MOUND, Minn. – The Minnesota Department of Health has begun testing bacteria levels in Lake Minnetonka and two surrounding lakes after heavy weekend rain prompted the city of Mound to release unfiltered sewage into the storm water sewer system Sunday.

Water sampling will continue for the next two weeks until the water is deemed safe. The MPCA gave the city permission to release the sewage in order to keep wastewater from backing up into the basements of about 1,000 homes.

"This is a method that is used when people's homes, health and safety are at risk," said Kandis Hanson, Mound City Manager. "The environment is important too, but we ask that people put it in perspective and see that people can't live in their homes once they have been deluged with sewage."

Hanson stressed the city of Mound wasn't alone in this move. She said after examining MPCA records, weekend rains forced at least 20 cities across the state to discharge into a nearby body of water to prevent sewer backup in homes within their community.

Still, on Dutch Lake's Grandview Boulevard, homeowner Joe Bohmert woke to what he described as a "sewage waterfall" in his basement. Bohmert and his wife recently finished renovating their dream retirement cabin only to deal with this disaster.

"Sewer water, a homeowner's worst nightmare,"said Bohmert."It's a punch in the gut because we have to backtrack and put in money and time."

Bohmert said to make matters worse, crews were working on the problem Saturday night at the Grandview lift station before his home flooded. Bohmert said crews told him their truck failed but didn't warn him of any trouble.

"The discouraging part is it could have been prevented if we would have been given heads up, not being notified by the city and no Plan B on their part," said Bohmert.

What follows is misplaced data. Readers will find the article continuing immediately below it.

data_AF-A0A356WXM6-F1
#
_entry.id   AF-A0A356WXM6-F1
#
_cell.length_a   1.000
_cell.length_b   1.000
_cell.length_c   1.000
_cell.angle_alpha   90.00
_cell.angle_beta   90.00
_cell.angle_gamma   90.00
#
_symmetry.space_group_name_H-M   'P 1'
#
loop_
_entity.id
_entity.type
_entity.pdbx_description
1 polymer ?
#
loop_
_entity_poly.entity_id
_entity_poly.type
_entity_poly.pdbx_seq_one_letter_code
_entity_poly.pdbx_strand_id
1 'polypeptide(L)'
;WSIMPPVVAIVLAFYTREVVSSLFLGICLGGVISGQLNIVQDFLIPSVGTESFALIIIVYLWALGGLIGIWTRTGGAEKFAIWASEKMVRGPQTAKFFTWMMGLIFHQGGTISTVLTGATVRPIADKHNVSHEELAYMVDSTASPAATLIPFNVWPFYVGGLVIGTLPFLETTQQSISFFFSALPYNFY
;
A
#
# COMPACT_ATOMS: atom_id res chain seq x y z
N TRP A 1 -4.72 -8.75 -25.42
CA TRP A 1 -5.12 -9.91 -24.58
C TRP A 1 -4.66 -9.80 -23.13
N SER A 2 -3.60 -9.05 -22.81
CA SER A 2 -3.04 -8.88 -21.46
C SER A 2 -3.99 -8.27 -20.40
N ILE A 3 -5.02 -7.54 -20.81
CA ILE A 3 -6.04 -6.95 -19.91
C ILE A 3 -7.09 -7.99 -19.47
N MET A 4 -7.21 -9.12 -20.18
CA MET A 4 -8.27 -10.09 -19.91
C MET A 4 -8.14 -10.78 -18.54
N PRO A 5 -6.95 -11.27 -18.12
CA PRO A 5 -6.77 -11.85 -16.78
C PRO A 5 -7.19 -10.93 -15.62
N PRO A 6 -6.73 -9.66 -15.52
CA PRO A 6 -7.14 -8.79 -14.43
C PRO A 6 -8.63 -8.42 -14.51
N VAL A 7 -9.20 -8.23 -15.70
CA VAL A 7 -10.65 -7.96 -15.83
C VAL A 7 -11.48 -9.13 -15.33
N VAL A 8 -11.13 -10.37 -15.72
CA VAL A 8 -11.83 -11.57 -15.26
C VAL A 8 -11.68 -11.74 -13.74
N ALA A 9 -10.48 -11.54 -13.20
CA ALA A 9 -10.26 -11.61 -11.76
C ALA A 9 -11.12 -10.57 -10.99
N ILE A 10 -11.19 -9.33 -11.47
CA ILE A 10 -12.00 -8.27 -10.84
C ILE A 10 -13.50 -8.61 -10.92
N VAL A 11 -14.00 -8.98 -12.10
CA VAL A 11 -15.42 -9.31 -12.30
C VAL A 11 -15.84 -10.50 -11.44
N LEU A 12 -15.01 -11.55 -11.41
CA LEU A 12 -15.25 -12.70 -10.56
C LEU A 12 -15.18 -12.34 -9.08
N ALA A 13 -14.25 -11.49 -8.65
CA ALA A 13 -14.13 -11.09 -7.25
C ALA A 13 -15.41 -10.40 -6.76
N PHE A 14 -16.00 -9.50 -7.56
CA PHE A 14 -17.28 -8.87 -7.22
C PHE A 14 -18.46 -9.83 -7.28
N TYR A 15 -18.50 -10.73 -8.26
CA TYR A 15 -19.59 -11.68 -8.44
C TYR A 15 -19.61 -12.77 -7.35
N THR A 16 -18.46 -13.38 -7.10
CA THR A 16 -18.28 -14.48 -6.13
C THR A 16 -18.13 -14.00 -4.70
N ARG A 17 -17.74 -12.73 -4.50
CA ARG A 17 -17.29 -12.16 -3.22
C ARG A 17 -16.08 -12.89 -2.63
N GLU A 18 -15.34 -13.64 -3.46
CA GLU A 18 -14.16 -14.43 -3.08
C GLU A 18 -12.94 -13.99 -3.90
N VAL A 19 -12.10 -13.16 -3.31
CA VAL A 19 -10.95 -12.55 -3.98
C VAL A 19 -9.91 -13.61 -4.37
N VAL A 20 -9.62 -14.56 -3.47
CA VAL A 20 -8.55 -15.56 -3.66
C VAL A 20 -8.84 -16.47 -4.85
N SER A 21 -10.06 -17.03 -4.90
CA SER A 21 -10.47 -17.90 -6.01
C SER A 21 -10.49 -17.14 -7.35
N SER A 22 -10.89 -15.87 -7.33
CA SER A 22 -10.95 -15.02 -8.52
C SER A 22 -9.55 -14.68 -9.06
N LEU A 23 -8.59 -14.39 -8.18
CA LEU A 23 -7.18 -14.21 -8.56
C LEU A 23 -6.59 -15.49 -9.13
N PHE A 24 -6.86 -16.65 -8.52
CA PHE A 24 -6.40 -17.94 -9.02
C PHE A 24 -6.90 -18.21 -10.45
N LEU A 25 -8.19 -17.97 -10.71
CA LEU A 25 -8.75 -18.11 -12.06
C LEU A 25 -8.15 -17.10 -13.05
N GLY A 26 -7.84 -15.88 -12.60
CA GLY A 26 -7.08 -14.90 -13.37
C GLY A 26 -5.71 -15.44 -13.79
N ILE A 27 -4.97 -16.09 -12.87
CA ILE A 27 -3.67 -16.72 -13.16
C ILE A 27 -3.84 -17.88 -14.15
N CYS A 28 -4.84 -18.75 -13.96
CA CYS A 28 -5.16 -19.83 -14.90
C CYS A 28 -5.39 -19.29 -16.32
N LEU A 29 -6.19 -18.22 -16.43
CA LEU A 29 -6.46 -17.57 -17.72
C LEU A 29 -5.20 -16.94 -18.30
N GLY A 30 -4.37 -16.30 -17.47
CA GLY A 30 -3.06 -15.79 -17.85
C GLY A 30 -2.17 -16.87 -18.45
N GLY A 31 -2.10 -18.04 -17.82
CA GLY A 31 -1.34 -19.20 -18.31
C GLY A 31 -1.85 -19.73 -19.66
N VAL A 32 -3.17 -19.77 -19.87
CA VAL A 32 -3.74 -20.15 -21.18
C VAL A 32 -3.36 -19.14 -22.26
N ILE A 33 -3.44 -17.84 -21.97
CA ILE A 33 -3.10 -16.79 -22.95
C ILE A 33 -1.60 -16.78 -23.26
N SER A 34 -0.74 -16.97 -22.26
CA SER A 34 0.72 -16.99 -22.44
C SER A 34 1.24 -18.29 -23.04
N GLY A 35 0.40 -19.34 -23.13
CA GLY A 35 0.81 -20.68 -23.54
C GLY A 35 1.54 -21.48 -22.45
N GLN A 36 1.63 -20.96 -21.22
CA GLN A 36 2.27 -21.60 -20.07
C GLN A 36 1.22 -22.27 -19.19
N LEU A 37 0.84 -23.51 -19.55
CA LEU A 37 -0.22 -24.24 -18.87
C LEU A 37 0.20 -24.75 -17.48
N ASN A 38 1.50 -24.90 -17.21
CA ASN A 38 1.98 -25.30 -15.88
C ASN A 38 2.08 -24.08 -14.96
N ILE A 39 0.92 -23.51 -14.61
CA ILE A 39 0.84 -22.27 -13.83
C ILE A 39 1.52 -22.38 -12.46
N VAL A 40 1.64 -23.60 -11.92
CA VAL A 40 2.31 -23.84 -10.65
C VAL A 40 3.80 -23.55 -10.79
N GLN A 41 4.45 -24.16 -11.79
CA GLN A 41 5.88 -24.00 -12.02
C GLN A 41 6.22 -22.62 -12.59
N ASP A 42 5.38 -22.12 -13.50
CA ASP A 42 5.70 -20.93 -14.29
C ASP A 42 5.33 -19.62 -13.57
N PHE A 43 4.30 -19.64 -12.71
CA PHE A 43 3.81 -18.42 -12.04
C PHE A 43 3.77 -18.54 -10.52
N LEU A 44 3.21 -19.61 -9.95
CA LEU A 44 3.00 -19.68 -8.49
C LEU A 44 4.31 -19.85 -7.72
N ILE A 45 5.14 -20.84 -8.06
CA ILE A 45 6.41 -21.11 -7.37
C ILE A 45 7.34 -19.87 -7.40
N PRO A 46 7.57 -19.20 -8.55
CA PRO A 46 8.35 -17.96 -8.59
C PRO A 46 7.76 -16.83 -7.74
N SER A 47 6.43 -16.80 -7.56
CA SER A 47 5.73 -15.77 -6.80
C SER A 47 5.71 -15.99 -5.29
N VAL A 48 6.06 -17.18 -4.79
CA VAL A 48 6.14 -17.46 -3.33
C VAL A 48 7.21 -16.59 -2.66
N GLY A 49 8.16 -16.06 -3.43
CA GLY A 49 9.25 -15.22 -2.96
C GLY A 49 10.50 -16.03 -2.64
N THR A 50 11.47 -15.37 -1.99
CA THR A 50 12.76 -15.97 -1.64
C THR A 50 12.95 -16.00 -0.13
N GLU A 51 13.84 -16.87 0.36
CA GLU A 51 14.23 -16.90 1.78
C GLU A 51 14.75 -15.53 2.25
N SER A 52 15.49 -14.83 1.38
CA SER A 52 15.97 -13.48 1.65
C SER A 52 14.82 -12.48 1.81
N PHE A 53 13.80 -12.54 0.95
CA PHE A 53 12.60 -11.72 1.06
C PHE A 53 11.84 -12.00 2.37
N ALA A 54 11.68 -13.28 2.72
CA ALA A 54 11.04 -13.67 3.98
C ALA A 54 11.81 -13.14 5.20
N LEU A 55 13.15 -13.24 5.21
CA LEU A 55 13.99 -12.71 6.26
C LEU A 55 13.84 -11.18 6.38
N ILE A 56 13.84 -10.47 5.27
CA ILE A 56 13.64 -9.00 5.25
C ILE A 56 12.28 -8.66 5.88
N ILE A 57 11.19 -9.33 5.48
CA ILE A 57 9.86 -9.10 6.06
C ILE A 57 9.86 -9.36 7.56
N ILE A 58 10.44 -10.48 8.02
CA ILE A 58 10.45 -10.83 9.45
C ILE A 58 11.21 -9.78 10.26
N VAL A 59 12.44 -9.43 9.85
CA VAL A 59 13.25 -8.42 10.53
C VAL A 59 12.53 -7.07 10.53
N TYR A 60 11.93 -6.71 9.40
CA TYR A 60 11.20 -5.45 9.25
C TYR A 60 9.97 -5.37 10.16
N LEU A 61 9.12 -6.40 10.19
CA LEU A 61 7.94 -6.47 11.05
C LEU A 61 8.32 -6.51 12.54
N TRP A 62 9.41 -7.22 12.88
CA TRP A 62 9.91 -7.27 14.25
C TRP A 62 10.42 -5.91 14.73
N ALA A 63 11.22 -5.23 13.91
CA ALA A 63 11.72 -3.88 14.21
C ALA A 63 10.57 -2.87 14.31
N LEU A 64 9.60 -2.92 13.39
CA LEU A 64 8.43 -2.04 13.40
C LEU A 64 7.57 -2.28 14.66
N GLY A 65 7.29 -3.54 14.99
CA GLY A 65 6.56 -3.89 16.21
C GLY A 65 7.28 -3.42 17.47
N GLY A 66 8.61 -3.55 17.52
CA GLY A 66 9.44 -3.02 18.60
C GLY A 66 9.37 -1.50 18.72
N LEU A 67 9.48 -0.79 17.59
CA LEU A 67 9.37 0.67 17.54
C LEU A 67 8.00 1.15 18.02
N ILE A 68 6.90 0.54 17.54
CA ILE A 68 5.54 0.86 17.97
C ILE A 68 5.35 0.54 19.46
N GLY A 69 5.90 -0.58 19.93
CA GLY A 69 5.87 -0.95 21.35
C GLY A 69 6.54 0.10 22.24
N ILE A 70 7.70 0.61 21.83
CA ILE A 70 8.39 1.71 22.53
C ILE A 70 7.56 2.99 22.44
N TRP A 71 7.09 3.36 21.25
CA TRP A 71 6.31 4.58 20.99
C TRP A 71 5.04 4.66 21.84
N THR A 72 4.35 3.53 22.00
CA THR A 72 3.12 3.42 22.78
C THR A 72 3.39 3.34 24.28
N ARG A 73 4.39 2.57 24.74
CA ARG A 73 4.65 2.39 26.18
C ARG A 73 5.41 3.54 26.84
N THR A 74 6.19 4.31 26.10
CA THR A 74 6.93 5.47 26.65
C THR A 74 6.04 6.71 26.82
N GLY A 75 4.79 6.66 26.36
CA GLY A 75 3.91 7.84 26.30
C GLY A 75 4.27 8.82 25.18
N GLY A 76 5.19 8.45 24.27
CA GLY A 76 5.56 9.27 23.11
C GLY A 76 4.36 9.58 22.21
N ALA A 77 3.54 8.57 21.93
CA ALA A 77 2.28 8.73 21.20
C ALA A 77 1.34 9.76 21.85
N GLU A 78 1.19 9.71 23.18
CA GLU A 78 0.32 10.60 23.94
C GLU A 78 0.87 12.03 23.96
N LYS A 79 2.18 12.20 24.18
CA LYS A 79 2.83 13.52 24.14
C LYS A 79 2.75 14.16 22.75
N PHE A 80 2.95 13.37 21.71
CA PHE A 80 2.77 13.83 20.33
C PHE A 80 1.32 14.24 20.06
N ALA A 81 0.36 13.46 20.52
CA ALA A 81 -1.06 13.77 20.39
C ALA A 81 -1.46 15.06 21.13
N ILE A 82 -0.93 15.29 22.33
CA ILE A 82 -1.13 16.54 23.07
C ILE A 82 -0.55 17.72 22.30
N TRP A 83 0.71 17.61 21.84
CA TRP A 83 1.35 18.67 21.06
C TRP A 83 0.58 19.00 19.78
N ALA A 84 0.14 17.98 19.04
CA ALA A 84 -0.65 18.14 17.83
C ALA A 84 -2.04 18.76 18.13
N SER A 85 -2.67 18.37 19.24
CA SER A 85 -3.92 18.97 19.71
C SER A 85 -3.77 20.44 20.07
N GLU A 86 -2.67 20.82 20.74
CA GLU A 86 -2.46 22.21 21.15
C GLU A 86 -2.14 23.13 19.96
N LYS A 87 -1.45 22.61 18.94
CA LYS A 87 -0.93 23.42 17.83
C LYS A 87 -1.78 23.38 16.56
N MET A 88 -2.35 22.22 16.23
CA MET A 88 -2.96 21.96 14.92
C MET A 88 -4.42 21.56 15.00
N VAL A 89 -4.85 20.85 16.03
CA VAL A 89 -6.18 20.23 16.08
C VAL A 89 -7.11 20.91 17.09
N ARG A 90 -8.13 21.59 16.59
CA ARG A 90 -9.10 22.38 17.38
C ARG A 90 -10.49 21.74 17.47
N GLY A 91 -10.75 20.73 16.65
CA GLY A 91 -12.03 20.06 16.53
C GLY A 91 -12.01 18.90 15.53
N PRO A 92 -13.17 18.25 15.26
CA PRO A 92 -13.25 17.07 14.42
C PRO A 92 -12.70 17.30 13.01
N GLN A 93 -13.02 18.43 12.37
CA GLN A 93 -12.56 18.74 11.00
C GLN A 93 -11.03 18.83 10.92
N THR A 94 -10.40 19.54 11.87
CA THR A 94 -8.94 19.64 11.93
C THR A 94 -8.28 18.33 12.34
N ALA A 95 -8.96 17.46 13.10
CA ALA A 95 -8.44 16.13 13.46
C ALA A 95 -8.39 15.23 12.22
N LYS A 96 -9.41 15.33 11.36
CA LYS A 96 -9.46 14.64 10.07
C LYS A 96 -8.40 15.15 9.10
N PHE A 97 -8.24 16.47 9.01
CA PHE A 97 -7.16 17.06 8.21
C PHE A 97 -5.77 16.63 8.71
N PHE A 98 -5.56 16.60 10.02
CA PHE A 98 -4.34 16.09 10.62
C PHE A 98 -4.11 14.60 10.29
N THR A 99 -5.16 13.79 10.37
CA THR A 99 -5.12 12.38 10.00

Hanson said the city of Mound's sewer vacuum truck was being used to address the rising levels at the Grandview lift station all day Saturday.

"After hours, the effort fell behind the rapidly rising level at the Grandview lift station -- a losing battle. When the vac truck failed and it was determined that service was not to be available until (Monday), then an alternative plan was forced to be devised," said Hanson, in a press release.

Hanson emphasized the efforts to release unfiltered sewage into area lakes saved more homes from damage. She added that the sewage was not raw, with solids separated and filtered out.

The city of Mound said sewage was released at the following locations near Lake Minnetonka: the lagoon at Emerald Road and Channel Lane, Beachside outfall at Shorewood, the Avalon Park outfall at Bartlett Boulevard; and Lynwood at Morton Channel, on Lake Langdon at Cottonwood and Lynwood, and on Dutch Lake atthe Grandview boat launch.

Joe Marston, another flooded homeowner next door to Bohmert, said the city of Mound still owes residents an explanation.

"To my knowledge, none of the city residents themselves were ever contacted by anyone from the city. What are the priorities of the city? With public perception or with its actual residents?" said Marston.

People are advised not to swim or do other activities, such as water skiing, that would increase the chances of swallowing lake water, which could contain E. coli bacteria.